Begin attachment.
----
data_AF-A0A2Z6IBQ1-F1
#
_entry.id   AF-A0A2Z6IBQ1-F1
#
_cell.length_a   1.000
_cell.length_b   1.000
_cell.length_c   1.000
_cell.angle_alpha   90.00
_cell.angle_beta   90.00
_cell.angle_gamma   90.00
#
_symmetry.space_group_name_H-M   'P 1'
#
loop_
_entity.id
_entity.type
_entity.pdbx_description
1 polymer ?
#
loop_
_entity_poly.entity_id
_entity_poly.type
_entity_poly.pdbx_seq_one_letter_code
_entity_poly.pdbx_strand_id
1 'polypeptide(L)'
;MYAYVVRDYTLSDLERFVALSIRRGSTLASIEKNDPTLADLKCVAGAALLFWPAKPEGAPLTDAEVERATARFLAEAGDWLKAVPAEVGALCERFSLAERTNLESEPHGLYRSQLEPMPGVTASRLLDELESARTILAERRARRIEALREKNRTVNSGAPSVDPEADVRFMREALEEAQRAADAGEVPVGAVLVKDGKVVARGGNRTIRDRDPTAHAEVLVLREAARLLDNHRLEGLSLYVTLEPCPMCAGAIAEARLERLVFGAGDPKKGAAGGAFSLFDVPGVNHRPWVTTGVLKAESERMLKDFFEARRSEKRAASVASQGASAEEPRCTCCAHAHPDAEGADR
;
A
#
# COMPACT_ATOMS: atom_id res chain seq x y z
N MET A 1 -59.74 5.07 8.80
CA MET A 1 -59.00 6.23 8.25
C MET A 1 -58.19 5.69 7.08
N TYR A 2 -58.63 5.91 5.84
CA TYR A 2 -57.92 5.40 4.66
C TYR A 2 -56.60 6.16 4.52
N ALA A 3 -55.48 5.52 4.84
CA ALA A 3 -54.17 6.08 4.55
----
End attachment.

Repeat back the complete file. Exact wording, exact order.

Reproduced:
data_AF-A0A2Z6IBQ1-F1
#
_entry.id   AF-A0A2Z6IBQ1-F1
#
_cell.length_a   1.000
_cell.length_b   1.000
_cell.length_c   1.000
_cell.angle_alpha   90.00
_cell.angle_beta   90.00
_cell.angle_gamma   90.00
#
_symmetry.space_group_name_H-M   'P 1'
#
loop_
_entity.id
_entity.type
_entity.pdbx_description
1 polymer ?
#
loop_
_entity_poly.entity_id
_entity_poly.type
_entity_poly.pdbx_seq_one_letter_code
_entity_poly.pdbx_strand_id
1 'polypeptide(L)'
;MYAYVVRDYTLSDLERFVALSIRRGSTLASIEKNDPTLADLKCVAGAALLFWPAKPEGAPLTDAEVERATARFLAEAGDWLKAVPAEVGALCERFSLAERTNLESEPHGLYRSQLEPMPGVTASRLLDELESARTILAERRARRIEALREKNRTVNSGAPSVDPEADVRFMREALEEAQRAADAGEVPVGAVLVKDGKVVARGGNRTIRDRDPTAHAEVLVLREAARLLDNHRLEGLSLYVTLEPCPMCAGAIAEARLERLVFGAGDPKKGAAGGAFSLFDVPGVNHRPWVTTGVLKAESERMLKDFFEARRSEKRAASVASQGASAEEPRCTCCAHAHPDAEGADR
;
A
#
# COMPACT_ATOMS: atom_id res chain seq x y z
N MET A 1 -59.74 5.07 8.80
CA MET A 1 -59.00 6.23 8.25
C MET A 1 -58.19 5.69 7.08
N TYR A 2 -58.63 5.91 5.84
CA TYR A 2 -57.92 5.40 4.66
C TYR A 2 -56.60 6.16 4.52
N ALA A 3 -55.48 5.52 4.84
CA ALA A 3 -54.17 6.08 4.55